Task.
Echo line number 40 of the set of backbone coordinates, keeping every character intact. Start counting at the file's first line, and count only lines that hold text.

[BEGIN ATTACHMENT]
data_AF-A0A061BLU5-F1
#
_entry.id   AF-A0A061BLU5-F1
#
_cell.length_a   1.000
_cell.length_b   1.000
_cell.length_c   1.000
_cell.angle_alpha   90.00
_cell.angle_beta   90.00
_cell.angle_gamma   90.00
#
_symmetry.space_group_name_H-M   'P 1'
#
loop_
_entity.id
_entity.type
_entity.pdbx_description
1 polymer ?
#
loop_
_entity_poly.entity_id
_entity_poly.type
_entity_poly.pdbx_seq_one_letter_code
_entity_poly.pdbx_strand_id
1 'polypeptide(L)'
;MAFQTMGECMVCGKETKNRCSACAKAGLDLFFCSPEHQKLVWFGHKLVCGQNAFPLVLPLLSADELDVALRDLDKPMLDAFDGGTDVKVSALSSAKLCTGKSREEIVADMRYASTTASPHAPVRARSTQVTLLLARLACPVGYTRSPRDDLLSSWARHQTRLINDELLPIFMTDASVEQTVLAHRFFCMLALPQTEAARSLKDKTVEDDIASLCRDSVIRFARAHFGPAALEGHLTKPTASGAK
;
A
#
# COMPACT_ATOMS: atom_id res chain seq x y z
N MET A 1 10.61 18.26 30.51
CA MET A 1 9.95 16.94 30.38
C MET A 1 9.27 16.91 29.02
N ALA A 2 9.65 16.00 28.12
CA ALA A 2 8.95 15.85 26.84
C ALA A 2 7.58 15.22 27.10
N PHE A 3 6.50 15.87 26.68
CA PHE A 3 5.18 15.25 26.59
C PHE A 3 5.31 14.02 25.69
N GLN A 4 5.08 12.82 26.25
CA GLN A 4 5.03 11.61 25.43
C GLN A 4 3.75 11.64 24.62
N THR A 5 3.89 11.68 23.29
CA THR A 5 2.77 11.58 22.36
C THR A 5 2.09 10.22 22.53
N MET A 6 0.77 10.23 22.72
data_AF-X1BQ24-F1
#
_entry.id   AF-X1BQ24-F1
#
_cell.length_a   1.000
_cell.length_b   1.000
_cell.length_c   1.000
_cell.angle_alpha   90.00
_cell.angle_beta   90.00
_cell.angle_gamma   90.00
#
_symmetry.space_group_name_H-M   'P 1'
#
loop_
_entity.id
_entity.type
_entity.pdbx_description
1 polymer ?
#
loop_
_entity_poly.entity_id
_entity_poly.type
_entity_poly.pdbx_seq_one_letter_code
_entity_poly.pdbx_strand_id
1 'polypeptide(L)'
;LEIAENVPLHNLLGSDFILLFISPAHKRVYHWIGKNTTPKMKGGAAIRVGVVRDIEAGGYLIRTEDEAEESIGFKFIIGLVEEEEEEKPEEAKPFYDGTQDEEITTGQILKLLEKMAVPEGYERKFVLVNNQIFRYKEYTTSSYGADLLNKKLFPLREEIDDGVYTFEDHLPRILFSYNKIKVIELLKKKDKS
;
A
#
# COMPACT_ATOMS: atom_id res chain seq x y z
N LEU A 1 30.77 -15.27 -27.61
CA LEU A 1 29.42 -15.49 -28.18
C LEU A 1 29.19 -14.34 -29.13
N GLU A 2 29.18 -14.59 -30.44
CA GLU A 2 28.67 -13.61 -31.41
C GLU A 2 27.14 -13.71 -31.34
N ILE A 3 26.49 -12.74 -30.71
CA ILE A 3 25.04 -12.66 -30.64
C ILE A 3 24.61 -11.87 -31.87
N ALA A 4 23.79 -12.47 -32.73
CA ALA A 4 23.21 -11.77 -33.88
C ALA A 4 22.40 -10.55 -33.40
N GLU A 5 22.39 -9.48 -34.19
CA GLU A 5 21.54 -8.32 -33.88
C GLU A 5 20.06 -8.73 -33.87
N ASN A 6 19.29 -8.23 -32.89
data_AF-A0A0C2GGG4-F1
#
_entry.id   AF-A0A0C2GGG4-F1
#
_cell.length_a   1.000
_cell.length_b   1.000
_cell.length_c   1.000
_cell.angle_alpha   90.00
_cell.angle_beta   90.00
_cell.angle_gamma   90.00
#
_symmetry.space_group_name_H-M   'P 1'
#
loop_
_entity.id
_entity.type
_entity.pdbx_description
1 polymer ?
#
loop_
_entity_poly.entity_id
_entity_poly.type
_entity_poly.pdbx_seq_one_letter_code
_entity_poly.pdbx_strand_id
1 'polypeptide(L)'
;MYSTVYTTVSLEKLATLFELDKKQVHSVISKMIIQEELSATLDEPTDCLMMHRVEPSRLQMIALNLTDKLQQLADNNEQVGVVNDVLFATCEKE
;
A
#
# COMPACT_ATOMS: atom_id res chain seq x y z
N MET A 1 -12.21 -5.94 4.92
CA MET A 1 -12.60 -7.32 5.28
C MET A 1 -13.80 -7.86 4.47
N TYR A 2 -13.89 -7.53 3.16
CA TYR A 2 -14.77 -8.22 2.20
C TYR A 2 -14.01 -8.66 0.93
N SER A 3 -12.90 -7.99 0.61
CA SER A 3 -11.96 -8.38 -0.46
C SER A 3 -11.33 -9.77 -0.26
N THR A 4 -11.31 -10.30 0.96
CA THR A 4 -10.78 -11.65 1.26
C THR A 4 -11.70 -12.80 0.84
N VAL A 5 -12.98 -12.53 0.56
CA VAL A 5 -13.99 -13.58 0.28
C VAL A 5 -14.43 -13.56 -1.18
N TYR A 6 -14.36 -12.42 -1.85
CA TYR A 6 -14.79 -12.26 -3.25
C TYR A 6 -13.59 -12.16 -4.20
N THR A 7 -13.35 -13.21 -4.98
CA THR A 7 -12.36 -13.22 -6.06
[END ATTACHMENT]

N GLN A 4 5.08 12.82 26.25